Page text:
Delaware News

Delaware: Annexation could help keep jobs, add more

One company looks to expand on southwest side; developer hopes for more

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Delaware officials hope a proposed annexation on the city's southwest side will lead to new jobs.

Delaware City Council conducted a special meeting Monday, June 30, to discuss the annexation of about 47.5 acres at 2663 Airport Road, west of U.S. Route 42 South in Delaware Township. Council members unanimously approved a resolution detailing what services the city could offer to the site -- a required initial step in the annexation process.

The annexation petition by the property's owner -- the Barbara A. Spierling Family Trust -- states the land usage likely would change from agricultural to light manufacturing if the annexation is granted.

Sean Hughes, the city's economic development director, said officials are engaging in talks with an end user that would build a facility on a portion of the site, which sits directly west of North American Bus Industries' operations headquarters.

Hughes said he could not release the name of the firm because it is the target of ongoing retention and expansion talks with the city. The discussion involves state and local tax incentives that have not been finalized.

"There's still a lot of moving parts," he said.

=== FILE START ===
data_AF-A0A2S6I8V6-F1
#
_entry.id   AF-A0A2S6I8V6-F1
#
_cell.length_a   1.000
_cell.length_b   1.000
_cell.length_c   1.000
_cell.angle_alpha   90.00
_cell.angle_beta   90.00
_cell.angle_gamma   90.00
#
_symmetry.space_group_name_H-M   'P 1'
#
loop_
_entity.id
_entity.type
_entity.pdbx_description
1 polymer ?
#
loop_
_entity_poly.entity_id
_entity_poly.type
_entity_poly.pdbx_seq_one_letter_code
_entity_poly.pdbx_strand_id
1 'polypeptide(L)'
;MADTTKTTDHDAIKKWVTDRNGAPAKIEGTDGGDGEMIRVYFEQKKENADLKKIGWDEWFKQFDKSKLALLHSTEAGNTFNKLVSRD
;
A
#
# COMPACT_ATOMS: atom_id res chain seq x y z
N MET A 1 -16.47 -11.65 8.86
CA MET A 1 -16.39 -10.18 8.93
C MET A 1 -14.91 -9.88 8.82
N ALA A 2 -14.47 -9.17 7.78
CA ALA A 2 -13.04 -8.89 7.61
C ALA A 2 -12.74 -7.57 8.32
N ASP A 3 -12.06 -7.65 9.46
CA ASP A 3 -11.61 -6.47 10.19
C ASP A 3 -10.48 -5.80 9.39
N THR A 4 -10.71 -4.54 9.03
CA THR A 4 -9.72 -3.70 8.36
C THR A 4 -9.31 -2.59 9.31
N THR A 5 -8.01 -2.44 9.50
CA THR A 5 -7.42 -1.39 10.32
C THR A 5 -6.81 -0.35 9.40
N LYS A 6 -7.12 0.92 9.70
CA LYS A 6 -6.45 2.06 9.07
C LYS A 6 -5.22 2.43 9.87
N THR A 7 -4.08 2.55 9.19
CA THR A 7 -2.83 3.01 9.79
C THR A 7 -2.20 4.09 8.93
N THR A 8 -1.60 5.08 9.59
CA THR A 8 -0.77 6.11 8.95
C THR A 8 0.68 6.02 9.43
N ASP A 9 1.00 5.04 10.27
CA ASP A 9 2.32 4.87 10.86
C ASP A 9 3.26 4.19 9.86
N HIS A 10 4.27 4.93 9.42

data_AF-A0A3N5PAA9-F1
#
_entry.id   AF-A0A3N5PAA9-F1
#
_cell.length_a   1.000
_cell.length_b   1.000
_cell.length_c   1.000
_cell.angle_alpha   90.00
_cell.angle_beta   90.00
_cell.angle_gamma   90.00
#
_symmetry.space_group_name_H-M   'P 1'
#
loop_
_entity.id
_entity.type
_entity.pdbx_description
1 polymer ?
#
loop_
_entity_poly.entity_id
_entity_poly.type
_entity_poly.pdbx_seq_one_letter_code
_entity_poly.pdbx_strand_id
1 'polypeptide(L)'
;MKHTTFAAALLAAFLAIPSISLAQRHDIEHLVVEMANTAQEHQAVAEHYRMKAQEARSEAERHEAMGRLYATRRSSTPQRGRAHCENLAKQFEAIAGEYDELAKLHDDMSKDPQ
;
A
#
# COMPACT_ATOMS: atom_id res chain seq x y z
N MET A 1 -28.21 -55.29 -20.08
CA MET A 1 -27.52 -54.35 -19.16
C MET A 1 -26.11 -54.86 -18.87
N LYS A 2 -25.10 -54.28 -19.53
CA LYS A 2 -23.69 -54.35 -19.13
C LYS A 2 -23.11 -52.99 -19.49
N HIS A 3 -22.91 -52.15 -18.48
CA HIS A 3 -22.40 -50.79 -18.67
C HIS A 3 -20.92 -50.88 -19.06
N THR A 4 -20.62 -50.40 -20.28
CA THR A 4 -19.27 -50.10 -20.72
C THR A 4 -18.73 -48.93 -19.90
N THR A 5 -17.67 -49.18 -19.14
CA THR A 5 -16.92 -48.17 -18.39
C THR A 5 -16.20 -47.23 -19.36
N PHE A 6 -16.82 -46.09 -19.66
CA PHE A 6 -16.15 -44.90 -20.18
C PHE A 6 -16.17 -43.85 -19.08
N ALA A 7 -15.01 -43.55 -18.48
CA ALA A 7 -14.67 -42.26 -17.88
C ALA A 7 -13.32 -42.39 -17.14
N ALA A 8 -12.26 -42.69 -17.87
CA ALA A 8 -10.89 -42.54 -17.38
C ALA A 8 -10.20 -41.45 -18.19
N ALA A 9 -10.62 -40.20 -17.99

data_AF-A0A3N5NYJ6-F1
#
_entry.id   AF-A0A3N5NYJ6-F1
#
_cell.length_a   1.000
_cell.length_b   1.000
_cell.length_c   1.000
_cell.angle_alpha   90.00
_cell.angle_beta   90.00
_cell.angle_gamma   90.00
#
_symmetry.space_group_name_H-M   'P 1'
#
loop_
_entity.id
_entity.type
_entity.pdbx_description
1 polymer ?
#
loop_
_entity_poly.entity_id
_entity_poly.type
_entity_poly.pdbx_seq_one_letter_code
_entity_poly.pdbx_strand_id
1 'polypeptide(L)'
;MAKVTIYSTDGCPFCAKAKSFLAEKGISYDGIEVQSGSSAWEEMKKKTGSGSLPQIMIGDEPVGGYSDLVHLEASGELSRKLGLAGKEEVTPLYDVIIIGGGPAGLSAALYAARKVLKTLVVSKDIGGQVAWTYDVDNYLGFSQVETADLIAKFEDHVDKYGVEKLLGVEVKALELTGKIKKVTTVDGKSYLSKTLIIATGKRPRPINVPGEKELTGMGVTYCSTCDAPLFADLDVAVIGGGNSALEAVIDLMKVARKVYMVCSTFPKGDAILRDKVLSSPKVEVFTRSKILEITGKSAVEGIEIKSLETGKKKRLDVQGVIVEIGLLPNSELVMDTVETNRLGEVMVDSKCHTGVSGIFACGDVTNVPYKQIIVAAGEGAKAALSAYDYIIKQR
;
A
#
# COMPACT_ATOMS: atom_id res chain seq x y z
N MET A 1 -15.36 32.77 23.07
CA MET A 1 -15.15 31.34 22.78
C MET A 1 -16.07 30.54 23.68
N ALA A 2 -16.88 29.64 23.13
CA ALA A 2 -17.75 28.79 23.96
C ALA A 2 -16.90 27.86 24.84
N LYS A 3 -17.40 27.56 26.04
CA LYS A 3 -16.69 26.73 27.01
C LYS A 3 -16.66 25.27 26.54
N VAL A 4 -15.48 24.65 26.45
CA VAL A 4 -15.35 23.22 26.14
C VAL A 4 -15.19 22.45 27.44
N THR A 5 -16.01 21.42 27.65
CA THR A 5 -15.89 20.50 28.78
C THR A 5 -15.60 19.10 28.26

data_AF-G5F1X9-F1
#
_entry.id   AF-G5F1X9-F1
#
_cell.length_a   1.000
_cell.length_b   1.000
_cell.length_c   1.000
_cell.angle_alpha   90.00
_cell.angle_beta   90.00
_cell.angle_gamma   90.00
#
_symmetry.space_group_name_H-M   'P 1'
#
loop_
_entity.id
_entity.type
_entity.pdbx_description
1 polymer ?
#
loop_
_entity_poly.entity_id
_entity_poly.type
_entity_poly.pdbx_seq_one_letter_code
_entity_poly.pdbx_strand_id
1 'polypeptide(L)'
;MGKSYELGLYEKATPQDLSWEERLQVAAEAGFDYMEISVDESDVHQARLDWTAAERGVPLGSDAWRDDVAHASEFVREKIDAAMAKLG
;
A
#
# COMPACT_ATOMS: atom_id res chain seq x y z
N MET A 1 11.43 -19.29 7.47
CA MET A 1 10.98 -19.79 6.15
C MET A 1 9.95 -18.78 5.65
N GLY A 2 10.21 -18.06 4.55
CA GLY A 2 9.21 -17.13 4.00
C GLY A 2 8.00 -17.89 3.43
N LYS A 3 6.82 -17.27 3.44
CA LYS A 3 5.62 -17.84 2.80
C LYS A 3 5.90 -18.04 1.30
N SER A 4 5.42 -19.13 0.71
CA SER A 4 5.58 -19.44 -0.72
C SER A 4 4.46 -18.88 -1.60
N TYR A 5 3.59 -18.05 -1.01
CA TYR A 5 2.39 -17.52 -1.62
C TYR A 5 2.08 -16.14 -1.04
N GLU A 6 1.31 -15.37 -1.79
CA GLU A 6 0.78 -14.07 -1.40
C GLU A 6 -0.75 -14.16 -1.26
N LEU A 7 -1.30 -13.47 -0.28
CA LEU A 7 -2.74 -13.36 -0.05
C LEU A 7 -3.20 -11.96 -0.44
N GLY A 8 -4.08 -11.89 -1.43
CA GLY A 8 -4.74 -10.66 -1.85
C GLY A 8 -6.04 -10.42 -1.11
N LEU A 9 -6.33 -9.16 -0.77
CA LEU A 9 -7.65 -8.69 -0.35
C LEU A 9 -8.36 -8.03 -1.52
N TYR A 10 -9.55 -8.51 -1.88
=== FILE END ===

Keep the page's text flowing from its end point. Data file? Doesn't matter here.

Hughes said the firm's name will be divulged when the incentive package is finished and brought before City Council for approval.

John T. Lewis, a potential owner and developer of the site, said the goal is to attract up to three companies to locate on the land. Lewis works for North American Bus Industries, but he said that firm is not involved in the possible annexation or expansion project.

"We don't actually have any of (the lots) sold yet, but we've got a couple of good prospects," he said.

In a letter to council dated June 27, City Manager Tom Homan describes the firm looking to expand on the site as one of the city's "fast-growing industrial and research and development employers." The letter states the proposed annexation and expansion could allow the city to retain the company's 38 jobs and benefit from the creation of 10 new jobs with $800,000 in additional payroll.

If the expansion project goes forward, Hughes said the site would still have 26 or 27 acres for future light industrial development.

He said the city should have no problem offering fire, police, road maintenance, sanitary sewer and water service to the site.

"It's a site that makes sense for us to develop," he said.

The site also could benefit from the planned extension of Sawmill Parkway northwest to Section Line Road, which will open a major north-south route for traffic and development in Delaware County.

Hughes said the site could be developed without the Sawmill Parkway extension, but the positive momentum behind that project made the site even more attractive to developers.

City officials previously said the city's industrial park does not have the necessary space available to attract large employers. The extension is seen as a possible solution to that problem by opening up more lots to development.

Now that council has approved a resolution of services, the annexation petition goes to the Delaware County board of commissioners. If commissioners approve the annexation, the city must wait 60 days before it can approve or reject the proposal.

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